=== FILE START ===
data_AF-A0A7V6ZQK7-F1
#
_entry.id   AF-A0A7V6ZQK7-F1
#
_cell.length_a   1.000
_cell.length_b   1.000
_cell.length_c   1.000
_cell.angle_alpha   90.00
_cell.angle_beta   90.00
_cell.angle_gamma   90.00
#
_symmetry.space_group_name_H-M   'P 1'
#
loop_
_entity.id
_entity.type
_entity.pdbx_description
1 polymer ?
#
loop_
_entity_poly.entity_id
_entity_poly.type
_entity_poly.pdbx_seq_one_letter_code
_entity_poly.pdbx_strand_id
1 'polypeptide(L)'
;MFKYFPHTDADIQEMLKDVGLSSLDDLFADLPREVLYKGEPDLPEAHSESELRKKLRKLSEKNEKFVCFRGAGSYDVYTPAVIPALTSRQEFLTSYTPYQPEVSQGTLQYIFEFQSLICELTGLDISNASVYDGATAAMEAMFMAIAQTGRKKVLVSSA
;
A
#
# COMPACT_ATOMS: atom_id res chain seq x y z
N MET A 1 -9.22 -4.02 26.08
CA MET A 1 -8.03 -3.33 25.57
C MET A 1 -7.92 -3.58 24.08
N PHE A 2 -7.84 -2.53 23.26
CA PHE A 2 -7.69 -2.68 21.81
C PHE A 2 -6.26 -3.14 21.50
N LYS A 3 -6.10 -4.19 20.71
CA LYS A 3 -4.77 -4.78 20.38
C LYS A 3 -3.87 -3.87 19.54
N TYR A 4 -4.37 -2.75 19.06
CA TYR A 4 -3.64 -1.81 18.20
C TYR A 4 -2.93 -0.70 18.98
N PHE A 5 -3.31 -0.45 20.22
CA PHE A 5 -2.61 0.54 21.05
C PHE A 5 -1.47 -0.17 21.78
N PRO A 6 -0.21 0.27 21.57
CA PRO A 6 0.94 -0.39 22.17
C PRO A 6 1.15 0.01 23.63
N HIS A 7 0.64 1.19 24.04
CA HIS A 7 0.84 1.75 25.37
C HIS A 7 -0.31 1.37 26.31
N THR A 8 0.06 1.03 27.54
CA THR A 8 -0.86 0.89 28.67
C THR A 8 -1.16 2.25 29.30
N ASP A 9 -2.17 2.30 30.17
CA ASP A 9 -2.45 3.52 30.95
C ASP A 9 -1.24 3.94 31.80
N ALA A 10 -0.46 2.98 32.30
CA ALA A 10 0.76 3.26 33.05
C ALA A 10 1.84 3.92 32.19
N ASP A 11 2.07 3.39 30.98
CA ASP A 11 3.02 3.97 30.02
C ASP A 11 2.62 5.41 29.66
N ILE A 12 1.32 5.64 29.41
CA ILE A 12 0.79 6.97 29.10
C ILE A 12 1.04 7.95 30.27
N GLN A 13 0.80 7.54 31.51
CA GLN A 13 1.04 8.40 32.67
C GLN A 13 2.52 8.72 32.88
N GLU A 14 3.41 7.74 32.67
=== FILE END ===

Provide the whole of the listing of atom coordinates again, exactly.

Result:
data_AF-A0A7V6ZQK7-F1
#
_entry.id   AF-A0A7V6ZQK7-F1
#
_cell.length_a   1.000
_cell.length_b   1.000
_cell.length_c   1.000
_cell.angle_alpha   90.00
_cell.angle_beta   90.00
_cell.angle_gamma   90.00
#
_symmetry.space_group_name_H-M   'P 1'
#
loop_
_entity.id
_entity.type
_entity.pdbx_description
1 polymer ?
#
loop_
_entity_poly.entity_id
_entity_poly.type
_entity_poly.pdbx_seq_one_letter_code
_entity_poly.pdbx_strand_id
1 'polypeptide(L)'
;MFKYFPHTDADIQEMLKDVGLSSLDDLFADLPREVLYKGEPDLPEAHSESELRKKLRKLSEKNEKFVCFRGAGSYDVYTPAVIPALTSRQEFLTSYTPYQPEVSQGTLQYIFEFQSLICELTGLDISNASVYDGATAAMEAMFMAIAQTGRKKVLVSSA
;
A
#
# COMPACT_ATOMS: atom_id res chain seq x y z
N MET A 1 -9.22 -4.02 26.08
CA MET A 1 -8.03 -3.33 25.57
C MET A 1 -7.92 -3.58 24.08
N PHE A 2 -7.84 -2.53 23.26
CA PHE A 2 -7.69 -2.68 21.81
C PHE A 2 -6.26 -3.14 21.50
N LYS A 3 -6.10 -4.19 20.71
CA LYS A 3 -4.77 -4.78 20.38
C LYS A 3 -3.87 -3.87 19.54
N TYR A 4 -4.37 -2.75 19.06
CA TYR A 4 -3.64 -1.81 18.20
C TYR A 4 -2.93 -0.70 18.98
N PHE A 5 -3.31 -0.45 20.22
CA PHE A 5 -2.61 0.54 21.05
C PHE A 5 -1.47 -0.17 21.78
N PRO A 6 -0.21 0.27 21.57
CA PRO A 6 0.94 -0.39 22.17
C PRO A 6 1.15 0.01 23.63
N HIS A 7 0.64 1.19 24.04
CA HIS A 7 0.84 1.75 25.37
C HIS A 7 -0.31 1.37 26.31
N THR A 8 0.06 1.03 27.54
CA THR A 8 -0.86 0.89 28.67
C THR A 8 -1.16 2.25 29.30
N ASP A 9 -2.17 2.30 30.17
CA ASP A 9 -2.45 3.52 30.95
C ASP A 9 -1.24 3.94 31.80
N ALA A 10 -0.46 2.98 32.30
CA ALA A 10 0.76 3.26 33.05
C ALA A 10 1.84 3.92 32.19
N ASP A 11 2.07 3.39 30.98
CA ASP A 11 3.02 3.97 30.02
C ASP A 11 2.62 5.41 29.66
N ILE A 12 1.32 5.64 29.41
CA ILE A 12 0.79 6.97 29.10
C ILE A 12 1.04 7.95 30.27
N GLN A 13 0.80 7.54 31.51
CA GLN A 13 1.04 8.40 32.67
C GLN A 13 2.52 8.72 32.88
N GLU A 14 3.41 7.74 32.67